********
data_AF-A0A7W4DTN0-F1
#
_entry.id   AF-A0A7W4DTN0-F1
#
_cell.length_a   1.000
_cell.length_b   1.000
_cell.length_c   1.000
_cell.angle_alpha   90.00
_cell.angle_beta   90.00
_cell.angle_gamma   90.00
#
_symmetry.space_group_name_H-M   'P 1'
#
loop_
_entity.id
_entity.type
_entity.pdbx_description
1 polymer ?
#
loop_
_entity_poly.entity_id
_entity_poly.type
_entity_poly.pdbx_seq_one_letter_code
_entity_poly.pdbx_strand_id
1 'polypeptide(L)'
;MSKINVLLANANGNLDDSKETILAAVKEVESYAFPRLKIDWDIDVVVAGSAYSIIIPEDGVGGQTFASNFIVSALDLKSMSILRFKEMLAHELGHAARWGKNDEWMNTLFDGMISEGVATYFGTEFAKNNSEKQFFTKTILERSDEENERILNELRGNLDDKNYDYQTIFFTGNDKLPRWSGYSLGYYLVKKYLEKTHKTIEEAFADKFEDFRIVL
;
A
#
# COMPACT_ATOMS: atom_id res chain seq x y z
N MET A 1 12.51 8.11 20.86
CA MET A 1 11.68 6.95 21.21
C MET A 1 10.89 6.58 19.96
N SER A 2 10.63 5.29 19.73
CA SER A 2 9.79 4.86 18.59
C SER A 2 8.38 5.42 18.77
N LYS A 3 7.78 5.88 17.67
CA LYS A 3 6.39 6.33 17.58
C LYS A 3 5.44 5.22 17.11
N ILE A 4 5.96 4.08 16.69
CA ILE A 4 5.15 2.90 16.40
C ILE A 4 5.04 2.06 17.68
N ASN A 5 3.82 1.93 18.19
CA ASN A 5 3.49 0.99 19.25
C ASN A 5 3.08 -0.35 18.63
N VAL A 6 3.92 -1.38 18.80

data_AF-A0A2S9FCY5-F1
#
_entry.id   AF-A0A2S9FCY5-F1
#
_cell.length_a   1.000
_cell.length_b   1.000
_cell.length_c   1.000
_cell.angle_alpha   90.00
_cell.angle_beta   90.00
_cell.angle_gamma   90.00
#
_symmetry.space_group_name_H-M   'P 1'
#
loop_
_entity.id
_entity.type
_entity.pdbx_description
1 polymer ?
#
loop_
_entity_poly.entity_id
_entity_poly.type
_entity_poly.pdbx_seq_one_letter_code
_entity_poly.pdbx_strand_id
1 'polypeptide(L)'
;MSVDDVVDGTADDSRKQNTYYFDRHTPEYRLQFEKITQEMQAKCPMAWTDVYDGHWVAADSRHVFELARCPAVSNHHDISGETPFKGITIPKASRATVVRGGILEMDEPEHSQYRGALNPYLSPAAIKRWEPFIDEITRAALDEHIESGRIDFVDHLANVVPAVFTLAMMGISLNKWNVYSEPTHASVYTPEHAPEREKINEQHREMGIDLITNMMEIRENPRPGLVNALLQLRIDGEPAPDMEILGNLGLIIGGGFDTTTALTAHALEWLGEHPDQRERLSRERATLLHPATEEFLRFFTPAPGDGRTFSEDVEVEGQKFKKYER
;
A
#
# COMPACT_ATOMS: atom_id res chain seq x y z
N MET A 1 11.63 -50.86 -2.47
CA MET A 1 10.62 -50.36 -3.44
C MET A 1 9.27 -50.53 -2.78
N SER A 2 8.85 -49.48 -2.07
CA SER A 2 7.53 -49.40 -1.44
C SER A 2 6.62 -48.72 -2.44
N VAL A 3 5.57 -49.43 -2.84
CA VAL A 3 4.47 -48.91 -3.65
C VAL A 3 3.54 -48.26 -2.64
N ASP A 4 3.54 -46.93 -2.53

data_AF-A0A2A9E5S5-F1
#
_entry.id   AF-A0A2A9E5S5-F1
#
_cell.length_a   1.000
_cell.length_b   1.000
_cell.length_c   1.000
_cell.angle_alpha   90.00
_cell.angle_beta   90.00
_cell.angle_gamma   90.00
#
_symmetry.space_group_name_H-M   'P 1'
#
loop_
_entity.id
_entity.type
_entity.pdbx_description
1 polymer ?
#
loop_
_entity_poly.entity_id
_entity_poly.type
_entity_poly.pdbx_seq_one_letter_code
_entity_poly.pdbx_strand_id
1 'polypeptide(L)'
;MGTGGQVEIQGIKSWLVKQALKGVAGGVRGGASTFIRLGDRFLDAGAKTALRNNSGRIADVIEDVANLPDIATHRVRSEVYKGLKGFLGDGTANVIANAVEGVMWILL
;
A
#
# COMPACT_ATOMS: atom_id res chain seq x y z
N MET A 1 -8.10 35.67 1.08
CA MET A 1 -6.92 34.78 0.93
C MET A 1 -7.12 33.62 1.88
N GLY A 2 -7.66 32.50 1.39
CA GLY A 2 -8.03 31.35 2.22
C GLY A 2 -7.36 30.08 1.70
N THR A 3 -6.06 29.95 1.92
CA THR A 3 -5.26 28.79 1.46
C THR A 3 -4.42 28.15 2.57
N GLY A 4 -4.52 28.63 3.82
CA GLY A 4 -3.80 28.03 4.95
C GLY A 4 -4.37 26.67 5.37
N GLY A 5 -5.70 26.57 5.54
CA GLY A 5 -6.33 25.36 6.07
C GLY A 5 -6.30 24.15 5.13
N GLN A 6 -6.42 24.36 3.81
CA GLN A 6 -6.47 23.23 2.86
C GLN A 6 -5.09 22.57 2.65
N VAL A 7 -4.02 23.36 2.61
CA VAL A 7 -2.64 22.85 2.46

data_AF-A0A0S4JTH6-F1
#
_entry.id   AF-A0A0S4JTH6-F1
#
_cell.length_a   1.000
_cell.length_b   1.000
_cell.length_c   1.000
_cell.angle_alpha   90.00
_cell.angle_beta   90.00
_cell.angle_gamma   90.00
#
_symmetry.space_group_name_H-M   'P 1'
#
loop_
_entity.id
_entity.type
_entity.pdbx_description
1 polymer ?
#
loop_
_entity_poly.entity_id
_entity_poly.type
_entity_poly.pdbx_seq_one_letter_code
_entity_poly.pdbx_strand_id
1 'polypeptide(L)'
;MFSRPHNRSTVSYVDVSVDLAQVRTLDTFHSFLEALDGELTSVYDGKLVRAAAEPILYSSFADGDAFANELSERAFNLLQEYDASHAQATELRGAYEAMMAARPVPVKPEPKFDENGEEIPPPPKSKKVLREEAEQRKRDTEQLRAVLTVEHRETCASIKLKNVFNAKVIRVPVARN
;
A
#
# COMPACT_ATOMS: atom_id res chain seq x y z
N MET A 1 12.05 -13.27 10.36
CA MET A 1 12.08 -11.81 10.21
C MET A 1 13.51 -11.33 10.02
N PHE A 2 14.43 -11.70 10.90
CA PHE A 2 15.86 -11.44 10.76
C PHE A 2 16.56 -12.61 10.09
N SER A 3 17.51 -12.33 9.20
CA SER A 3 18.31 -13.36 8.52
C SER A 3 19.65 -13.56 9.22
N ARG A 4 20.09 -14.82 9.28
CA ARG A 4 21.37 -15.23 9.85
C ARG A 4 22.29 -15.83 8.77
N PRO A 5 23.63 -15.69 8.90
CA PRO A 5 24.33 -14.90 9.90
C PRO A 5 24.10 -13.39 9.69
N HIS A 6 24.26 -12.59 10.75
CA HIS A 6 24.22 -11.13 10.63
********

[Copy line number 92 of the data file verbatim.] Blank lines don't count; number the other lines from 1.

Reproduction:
_cell.length_b   1.000